Ask a Zillion Questions

If you’re unsure what to say, ask a developer. They will identify incisive questions quickly. Here are a few questions to try:

Mobile – Is the product mobile friendly? In what ways?

Browser Compatibility – What browsers are supported?

Integration – What are our options for integrating the tool with our website?

Alteration – What options do we have for UI skinning? How we accomplish that? What extra costs are involved?

Hosting/Servers – Where is this tool/data hosted? What will the URL look like?

Flexibility – What flexibility do we have with layout and presentation?

Data Access – Can we directly access data via an API?

Maintenance – How do we manage content?

Documentation – Where is your documentation for users? Where is your documentation for developers?

Support – What happens when there is a problem?

Do Your Homework

Don’t simply accept a third-party tool brought to you by the analysts, IT team, or leaders. Get product demos and do competitive research. You may discover a better way.

7. Managing Co-Ownership Between IT and Marketing

IT and marketing departments don’t always know how to work together, which can cause problems when they’re both responsible for a website. In the banking world, these two teams interact quite a bit. It’s not always fun.

Communicate Early and Often

This sounds like old fashioned relationship advice because it is. Early, frequent communication will solve most problems. Both teams should be very aware of the others’ long-range plans.

Respect Goes a Long Way

IT folks, your counterparts in marketing are not purposefully trying to ruin your lives. They don’t understand technology thoroughly and that’s totally okay. That’s why you’re here. Your job is to repeatedly, endlessly, politely, patiently explain the same thing multiple times. Then do it again. Be open to ideas. You don’t have all the good ones.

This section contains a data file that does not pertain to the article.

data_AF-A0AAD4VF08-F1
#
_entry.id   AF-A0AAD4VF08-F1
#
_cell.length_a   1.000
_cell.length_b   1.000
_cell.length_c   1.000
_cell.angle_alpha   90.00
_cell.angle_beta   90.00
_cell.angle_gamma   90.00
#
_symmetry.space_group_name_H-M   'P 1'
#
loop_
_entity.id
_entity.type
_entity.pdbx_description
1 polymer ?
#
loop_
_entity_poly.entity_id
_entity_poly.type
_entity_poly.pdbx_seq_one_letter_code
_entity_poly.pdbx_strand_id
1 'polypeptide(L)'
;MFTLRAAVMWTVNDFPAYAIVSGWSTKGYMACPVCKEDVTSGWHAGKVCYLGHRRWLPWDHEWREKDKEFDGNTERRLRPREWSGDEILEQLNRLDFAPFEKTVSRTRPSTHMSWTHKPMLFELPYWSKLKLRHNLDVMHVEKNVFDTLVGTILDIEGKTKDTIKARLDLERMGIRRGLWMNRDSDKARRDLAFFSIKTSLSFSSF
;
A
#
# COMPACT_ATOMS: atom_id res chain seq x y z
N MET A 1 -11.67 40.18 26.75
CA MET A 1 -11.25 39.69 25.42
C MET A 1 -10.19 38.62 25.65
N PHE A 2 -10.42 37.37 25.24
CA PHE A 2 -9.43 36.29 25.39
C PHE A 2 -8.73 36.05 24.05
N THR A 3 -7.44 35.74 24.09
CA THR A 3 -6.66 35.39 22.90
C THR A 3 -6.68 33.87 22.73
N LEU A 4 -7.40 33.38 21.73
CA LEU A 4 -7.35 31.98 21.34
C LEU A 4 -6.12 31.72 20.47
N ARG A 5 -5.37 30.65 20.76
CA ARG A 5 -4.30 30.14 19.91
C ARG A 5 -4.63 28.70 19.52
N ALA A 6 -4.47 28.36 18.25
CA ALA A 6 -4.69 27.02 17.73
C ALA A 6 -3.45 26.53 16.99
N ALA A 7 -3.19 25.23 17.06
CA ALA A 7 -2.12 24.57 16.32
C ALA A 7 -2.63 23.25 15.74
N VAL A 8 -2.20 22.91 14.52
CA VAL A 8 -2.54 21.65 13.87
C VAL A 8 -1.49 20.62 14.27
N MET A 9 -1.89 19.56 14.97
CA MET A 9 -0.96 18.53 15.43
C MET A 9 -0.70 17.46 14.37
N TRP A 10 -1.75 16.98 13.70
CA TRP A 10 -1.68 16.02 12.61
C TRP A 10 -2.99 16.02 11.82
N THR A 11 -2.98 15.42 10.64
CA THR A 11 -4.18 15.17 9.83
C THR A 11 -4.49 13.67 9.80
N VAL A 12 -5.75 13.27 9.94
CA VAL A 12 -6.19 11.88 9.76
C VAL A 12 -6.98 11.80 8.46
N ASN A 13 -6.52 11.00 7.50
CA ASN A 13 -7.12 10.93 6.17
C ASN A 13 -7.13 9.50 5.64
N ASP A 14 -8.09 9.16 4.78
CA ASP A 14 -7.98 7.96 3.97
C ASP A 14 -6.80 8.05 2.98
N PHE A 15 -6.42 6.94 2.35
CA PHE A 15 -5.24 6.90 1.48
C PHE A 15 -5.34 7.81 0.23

Marketing folks, the IT department does not huddle in the dark corners of the office, plotting nefarious ways to thwart your every move. They are very busy too. Managing technology in a bank is extremely tough. Push back respectfully and always try to find solutions that don’t make the tech folks reach for a bottle of vodka.

Use Your UX Professionals as an Intermediary

There are plenty of business books that will tell you how to get disparate teams to work together. We have a novel idea: Use a UX expert to solve disputes between IT and marketing. If it doesn’t answer user tasks or make users’ lives easier, it doesn’t go on the site. This approach works.

8. Facing Internal Pressure

Stakeholders at financial institutions, as in most large organizations, have an innate self-focus. They are, as they should be, very much involved with their day-to-day internal concerns. Too often, though, this leads to pressure on the web and/or marketing team to put internal-focused content on the public-facing website. If this happens more than a couple of times (and it always does), your site will put too much focus on the bank itself and not enough focus on users.

Your Site Doesn’t Need to Reflect Your Business Organization